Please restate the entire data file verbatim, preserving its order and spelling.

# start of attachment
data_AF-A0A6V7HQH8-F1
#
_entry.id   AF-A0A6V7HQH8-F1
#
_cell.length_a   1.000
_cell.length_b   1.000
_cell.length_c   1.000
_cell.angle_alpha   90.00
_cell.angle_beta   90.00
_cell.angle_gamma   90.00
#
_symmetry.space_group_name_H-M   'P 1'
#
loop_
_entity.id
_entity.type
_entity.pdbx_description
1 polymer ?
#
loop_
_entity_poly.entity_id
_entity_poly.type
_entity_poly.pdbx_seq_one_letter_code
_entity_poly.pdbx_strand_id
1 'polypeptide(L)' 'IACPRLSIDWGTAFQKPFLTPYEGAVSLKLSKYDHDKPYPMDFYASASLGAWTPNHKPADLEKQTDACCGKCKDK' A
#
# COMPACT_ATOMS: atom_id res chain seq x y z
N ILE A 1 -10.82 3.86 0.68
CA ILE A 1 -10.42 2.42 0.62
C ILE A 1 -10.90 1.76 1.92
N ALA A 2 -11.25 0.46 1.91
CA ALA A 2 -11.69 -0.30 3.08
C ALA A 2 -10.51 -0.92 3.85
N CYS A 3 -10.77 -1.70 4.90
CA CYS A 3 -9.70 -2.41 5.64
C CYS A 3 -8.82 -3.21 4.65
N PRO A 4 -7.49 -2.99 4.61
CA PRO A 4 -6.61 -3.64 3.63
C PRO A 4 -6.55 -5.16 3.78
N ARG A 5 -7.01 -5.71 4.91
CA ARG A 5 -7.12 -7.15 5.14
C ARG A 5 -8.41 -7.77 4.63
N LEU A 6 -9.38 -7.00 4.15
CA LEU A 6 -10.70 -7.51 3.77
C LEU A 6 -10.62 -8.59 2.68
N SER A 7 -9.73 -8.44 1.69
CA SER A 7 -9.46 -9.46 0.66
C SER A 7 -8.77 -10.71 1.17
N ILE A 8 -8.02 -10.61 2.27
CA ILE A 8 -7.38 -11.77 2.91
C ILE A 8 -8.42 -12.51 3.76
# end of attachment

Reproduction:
data_AF-A0A6V7HQH8-F1
#
_entry.id   AF-A0A6V7HQH8-F1
#
_cell.length_a   1.000
_cell.length_b   1.000
_cell.length_c   1.000
_cell.angle_alpha   90.00
_cell.angle_beta   90.00
_cell.angle_gamma   90.00
#
_symmetry.space_group_name_H-M   'P 1'
#
loop_
_entity.id
_entity.type
_entity.pdbx_description
1 polymer ?
#
loop_
_entity_poly.entity_id
_entity_poly.type
_entity_poly.pdbx_seq_one_letter_code
_entity_poly.pdbx_strand_id
1 'polypeptide(L)' 'IACPRLSIDWGTAFQKPFLTPYEGAVSLKLSKYDHDKPYPMDFYASASLGAWTPNHKPADLEKQTDACCGKCKDK' A
#
# COMPACT_ATOMS: atom_id res chain seq x y z
N ILE A 1 -10.82 3.86 0.68
CA ILE A 1 -10.42 2.42 0.62
C ILE A 1 -10.90 1.76 1.92
N ALA A 2 -11.25 0.46 1.91
CA ALA A 2 -11.69 -0.30 3.08
C ALA A 2 -10.51 -0.92 3.85
N CYS A 3 -10.77 -1.70 4.90
CA CYS A 3 -9.70 -2.41 5.64
C CYS A 3 -8.82 -3.21 4.65
N PRO A 4 -7.49 -2.99 4.61
CA PRO A 4 -6.61 -3.64 3.63
C PRO A 4 -6.55 -5.16 3.78
N ARG A 5 -7.01 -5.71 4.91
CA ARG A 5 -7.12 -7.15 5.14
C ARG A 5 -8.41 -7.77 4.63
N LEU A 6 -9.38 -7.00 4.15
CA LEU A 6 -10.70 -7.51 3.77
C LEU A 6 -10.62 -8.59 2.68
N SER A 7 -9.73 -8.44 1.69
CA SER A 7 -9.46 -9.46 0.66
C SER A 7 -8.77 -10.71 1.17
N ILE A 8 -8.02 -10.61 2.27
CA ILE A 8 -7.38 -11.77 2.91
C ILE A 8 -8.42 -12.51 3.76